I Am Going to Eat Meat. Deal with It. ~ Alexandra Grace

Via on May 4, 2012

I don’t actually mean to be that harsh. But I would like to see the proselytizing vegans tone it down a little.

What I mean is, I am tired of hearing these peace-loving-yogi-vegans ripping into meat eaters as if we had single-handedly driven a herd of cows off a cliff. Here’s the thing: if any of you are in a relationship, you know exactly what berating people gets you. Ignored. Or a headache. Or both. So let’s try a different approach, shall we?

At this point, I anticipate that any vegans who are reading this (1) have already moved onto another article, (2) have already begun to formulate more anti-omnivore commentary, or (3) are actually still reading this! For the third of you who are still reading this, thank you! And please consider a few things the next time you encounter a chicken-eater (and by that, I mean an omnivore).

First, let’s consider how difficult it is to make dietary changes.

And to make this easy, I’ll use myself as an example. I have been struggling with losing weight for several years now. I have recently been making some progress, but let me tell you: it is very difficult to make an overnight change to something you have been doing for any great period of time.

Having been a cupcake and cheeseburger eater for the past 28 years, it’s not going to stop immediately because I saw a picture of a live, wingless chicken or video of a pig being slaughtered. (I cannot give you a comparable comment for cupcakes. I know sugar is bad, but cupcakes are delicious.)

I need time.

Anyone who has decided to make a change like this needs time. I have decided to make the change, eventually, towards being a vegan. As my first step, I have decided to stop eating pigs. I’ll get where I’m going eventually. But it won’t be today. I’m still eating cheeseburgers today.

Second, let’s consider the [passive-aggressive] nag-factor.

There are people who have not decided to be vegan or vegetarian yet, and they’re not going to because some of you are too annoying. So let’s consider changing your approach. For example, some people have already decided that this is the circle of life and cows are here because we are supposed to eat them. How do you think you’ll reach those people?

Showing them a video of how the cow is killed would be like showing them a video of how their car is made.

Who cares, just get it done and then I’ll drive the car (or eat the burger). So maybe for those people, the approach should be sharing information about healthier choices that might include vegan options. Or maybe show them how delicious vegan food is and that there are many options that taste similar to their animal of choice, but with less saturated fat [and death]. My point is, there are many reasons why different people have chosen to ignore you. And that brings me to my final point.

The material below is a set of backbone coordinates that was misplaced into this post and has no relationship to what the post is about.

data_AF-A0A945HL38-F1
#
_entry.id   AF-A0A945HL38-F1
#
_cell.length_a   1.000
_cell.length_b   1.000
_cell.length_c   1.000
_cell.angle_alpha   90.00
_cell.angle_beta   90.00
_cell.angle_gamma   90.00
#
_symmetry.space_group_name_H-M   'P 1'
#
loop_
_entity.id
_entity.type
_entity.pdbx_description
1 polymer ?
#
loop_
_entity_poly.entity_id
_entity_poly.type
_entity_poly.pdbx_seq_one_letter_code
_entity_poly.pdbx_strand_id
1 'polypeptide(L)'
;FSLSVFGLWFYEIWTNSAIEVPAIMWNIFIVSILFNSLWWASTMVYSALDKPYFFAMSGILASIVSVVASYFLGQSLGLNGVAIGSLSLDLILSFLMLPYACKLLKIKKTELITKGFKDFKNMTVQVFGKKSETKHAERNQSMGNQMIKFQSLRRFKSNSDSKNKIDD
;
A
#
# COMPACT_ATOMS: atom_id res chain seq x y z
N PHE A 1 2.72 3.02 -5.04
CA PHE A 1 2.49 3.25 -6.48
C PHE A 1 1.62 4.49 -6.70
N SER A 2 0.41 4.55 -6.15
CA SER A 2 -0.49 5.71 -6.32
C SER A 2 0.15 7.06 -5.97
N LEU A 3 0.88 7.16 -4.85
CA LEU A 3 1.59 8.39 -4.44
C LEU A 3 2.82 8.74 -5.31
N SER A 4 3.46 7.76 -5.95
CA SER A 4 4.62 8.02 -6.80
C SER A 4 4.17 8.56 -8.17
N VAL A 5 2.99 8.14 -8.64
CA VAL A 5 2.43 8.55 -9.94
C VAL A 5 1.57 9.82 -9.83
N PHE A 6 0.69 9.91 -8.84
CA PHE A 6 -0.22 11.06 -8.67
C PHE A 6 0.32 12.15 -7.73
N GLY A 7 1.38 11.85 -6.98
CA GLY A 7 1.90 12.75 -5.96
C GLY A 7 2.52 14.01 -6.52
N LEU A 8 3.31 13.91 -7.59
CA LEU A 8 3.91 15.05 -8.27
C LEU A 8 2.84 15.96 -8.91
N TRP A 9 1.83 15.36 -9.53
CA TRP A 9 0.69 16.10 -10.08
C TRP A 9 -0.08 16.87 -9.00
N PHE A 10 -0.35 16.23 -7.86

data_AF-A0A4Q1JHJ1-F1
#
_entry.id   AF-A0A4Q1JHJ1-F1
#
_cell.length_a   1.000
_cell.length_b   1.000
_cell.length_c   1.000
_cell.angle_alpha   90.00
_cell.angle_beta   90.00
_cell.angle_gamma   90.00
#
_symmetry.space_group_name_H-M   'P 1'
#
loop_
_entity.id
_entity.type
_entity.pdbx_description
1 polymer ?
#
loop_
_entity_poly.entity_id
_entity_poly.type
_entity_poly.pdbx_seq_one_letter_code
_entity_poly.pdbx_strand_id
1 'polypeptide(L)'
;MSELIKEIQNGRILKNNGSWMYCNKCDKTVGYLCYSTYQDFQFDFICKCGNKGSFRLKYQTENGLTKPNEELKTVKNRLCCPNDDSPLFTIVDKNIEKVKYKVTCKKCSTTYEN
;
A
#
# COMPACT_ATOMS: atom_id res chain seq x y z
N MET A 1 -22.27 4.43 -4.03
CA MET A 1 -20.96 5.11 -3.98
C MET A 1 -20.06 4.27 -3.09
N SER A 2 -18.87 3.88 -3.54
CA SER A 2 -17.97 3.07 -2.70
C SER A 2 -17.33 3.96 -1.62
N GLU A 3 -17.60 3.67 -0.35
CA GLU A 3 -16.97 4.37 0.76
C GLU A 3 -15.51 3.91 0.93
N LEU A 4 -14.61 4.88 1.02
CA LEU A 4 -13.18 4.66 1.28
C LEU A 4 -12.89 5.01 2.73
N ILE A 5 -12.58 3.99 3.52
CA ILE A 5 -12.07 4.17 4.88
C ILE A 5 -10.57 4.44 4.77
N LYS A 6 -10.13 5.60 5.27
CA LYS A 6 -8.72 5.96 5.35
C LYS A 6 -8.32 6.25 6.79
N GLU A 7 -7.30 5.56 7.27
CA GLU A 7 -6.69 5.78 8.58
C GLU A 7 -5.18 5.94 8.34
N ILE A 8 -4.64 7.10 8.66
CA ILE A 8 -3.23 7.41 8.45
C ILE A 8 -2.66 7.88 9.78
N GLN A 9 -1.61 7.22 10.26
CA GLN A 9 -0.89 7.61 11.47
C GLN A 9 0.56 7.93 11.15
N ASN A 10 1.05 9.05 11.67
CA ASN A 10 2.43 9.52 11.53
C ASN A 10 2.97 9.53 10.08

The yoga factor.

Remember that love and peace and respect thing? Let’s try, just for a day to start, meeting people where they are. I don’t think my darling fiancé has any intention of being vegan, and I honestly don’t have any intention of converting him. But maybe he’ll take a bite of my vegetarian corn dog and not spit it out. That’s a start! I’ll take it!

What I mean is, you should be the vegan. You. Live by example. If someone asks, share the reasons why you’ve made that choice. Share your meal, share a recipe, share some information. You don’t have to watch a cow being slaughtered in front of you, you should write to your congressperson, you should protest, you should blog, and tweet, and do whatever else makes you feel satisfied with advancing the cause.

I respect your right to do that, I respect the cause, and I hope to be a part of it one day. But I’m not there today, and I’m ok with that. You should be too.

Alex is figuring it out. By day, she is an employment lawyer; by night, she is a yoga teacher trainee. And all the time, she brings a child-like curiosity (but an adult-like commentary) to everything she encounters. Having fallen in love with yoga over the past three years, Alex hopes that her sense of humor, honesty, and open-heart will encourage new students to find the joy she has found in yoga.

 

~

Editor: Tanya L. Markul

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71 Responses to “I Am Going to Eat Meat. Deal with It. ~ Alexandra Grace”

  1. robertwolf681 says:

    Aw man. I'm disappointed. I read the title and I thought you were gonna let fly with both barrels.

    • Alexandra Grace says:

      LOL, well I'm sorry to disappoint, but I do appreciate you reading it! Short of taking a picture of myself laying in a vat of hamburger meat (which would have grossed me out), I'm not sure what else I could have done :)